March 31, 2023

All About Ash Tree Allergies

When spring arrives, it’s almost inevitable that you’ll start to feel itchy and begin sneezing. That's because the trees have begun to pollinate and we're in the midst of their pollination season. 

Ash trees are one of the many trees that are known to stir up some trouble with people’s allergies around the springtime. Because spring is the time of year when the majority of trees begin pollinating, it can be difficult to pinpoint which trees are the cause of your allergies. Allergy-causing trees, such as Ash, Juniper, Oak and Cottonwood trees can be an issue this time of year.  But don’t worry, whether you're a seasoned allergy sufferer or dealing with spring tree allergies for the first time, this blog will help you understand what's causing your symptoms and provide you with the tools you need to manage them. So grab a tissue, take a deep breath, and let's dive into everything you need to know about ash tree allergies.

What is an ash tree?

Ash trees are known for their tall, straight trunks and large compound leaves that typically have five to nine leaflets. Ash trees are also known to be heavy pollinating trees and also spread their pollen through wind-pollination. Their pollen has a potency that is considered to be severely allergic and causes lots of issues for allergy sufferers during their allergy season.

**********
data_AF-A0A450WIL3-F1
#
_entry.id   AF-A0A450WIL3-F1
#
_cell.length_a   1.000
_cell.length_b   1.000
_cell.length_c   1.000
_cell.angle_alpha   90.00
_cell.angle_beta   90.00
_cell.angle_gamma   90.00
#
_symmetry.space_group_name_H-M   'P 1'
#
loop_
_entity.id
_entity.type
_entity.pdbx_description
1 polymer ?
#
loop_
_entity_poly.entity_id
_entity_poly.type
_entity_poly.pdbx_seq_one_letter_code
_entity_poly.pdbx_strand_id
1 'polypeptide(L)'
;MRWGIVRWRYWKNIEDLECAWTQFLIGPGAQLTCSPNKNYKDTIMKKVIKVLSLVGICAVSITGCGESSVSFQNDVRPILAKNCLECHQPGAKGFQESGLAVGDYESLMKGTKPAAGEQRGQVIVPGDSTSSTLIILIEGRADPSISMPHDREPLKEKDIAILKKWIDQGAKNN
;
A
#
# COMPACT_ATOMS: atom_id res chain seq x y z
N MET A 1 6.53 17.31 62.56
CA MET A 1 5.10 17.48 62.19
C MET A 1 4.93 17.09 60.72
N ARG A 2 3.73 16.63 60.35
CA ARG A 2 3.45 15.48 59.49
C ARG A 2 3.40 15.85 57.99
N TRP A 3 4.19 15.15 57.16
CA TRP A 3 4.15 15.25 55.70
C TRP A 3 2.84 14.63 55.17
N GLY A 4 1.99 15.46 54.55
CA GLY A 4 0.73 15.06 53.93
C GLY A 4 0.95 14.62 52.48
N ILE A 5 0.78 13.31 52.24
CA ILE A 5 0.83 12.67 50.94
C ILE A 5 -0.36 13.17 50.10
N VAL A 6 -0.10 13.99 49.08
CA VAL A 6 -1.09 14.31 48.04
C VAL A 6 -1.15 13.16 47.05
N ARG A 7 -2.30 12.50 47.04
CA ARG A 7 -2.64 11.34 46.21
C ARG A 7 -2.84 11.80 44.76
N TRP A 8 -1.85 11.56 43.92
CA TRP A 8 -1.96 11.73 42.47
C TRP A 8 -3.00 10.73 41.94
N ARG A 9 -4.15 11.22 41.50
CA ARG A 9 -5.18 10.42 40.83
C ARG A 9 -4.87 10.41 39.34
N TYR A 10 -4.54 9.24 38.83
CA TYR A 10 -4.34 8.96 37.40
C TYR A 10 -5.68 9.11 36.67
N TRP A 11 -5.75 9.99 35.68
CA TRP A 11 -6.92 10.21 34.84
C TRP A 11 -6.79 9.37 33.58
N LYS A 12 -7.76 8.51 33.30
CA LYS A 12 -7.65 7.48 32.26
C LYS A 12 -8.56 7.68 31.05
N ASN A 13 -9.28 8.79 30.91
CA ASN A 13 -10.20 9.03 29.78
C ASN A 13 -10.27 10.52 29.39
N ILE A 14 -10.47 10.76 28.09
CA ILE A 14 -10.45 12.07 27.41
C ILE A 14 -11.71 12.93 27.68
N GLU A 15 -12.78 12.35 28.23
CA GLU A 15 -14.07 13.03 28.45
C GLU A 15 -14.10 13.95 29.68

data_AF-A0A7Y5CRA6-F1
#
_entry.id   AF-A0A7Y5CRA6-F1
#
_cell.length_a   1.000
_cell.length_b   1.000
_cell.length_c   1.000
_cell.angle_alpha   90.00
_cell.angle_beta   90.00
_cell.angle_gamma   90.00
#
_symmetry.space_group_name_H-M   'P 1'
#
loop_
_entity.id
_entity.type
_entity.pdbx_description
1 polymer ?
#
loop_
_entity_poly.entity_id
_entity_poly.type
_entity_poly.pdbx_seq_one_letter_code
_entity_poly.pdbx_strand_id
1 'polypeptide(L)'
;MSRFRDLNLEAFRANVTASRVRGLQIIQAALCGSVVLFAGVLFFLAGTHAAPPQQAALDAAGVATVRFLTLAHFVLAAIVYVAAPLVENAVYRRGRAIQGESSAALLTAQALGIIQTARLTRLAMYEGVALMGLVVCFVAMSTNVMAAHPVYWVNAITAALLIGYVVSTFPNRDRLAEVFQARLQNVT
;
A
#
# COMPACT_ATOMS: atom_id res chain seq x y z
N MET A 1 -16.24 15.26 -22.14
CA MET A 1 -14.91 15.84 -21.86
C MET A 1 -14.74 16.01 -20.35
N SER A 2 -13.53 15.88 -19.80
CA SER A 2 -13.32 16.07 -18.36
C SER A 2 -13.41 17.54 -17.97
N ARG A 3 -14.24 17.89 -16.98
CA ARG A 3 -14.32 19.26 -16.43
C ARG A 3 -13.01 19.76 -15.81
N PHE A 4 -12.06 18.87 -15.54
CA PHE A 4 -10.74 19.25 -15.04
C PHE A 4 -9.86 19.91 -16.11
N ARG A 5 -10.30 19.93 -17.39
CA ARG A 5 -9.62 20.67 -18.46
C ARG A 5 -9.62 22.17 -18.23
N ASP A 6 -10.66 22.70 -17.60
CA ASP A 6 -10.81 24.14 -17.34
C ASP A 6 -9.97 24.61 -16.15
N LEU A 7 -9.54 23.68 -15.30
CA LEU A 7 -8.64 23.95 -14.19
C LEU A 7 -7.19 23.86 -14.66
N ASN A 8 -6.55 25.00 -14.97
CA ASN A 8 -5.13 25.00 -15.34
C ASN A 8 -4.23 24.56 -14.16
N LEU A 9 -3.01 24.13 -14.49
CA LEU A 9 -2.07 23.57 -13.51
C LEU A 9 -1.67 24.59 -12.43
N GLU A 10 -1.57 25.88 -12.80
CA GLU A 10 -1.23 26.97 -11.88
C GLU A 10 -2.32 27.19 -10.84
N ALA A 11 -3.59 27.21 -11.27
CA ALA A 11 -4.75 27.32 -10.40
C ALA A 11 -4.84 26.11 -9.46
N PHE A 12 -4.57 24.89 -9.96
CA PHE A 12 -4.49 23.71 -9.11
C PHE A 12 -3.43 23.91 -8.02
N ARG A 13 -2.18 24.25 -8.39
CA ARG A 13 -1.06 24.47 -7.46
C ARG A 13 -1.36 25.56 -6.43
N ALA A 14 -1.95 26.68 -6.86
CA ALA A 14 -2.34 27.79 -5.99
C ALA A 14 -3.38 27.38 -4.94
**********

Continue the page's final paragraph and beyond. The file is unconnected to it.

When is ash season?

Ash trees mainly begin pollinating in the spring season with the rest of the trees. However, the beginning and ending of the spring season can vary based on where you live. This could be late January through mid-May for those areas with temperate climates, like Texas or Florida. Ash pollen allergy season typically peaks during March and April. If you’re unsure of when ash is high in your area, download our free allergen calendar

Where does ash grow?

Ash is an extremely common tree that can be found all around the world. Ash trees tend to grow in temperate regions around the world, including North America, Europe, and Asia. With an estimated 45 to 60 species of ash around the world, you’re bound to have a variation of ash near you. The white ash tree is the most known species, and probably the most familiar looking.

They are often planted as ornamental trees in parks, gardens, and along streets, and they also have commercial uses for their wood, which is strong and durable.

Even if you don’t see ash trees near you, because of their lightweight pollen that can travel for miles, they can still affect you. 

What are ash allergy symptoms?

Ash allergy symptoms look very similar to symptoms of allergic rhinitis. This includes:

What can I do to prevent my ash allergy?

  • Avoid direct contact with the tree: Try to avoid coming into direct contact with the tree or its pollen. Wear gloves and long-sleeved clothing when gardening or spending time outdoors, and wash your clothes and body thoroughly after spending time outside.
  • Keep windows and doors closed: Keeping windows and doors closed can help prevent pollen from entering your home and exacerbating your allergy symptoms.
  • Get an allergy test. The first step to limiting exposure is to find out what you’re allergic to! Allergy tests can either be performed as a skin (prick) test or an intradermal test. At Aspire Allergy & Sinus, we test for 58 of the most common allergens, including ash!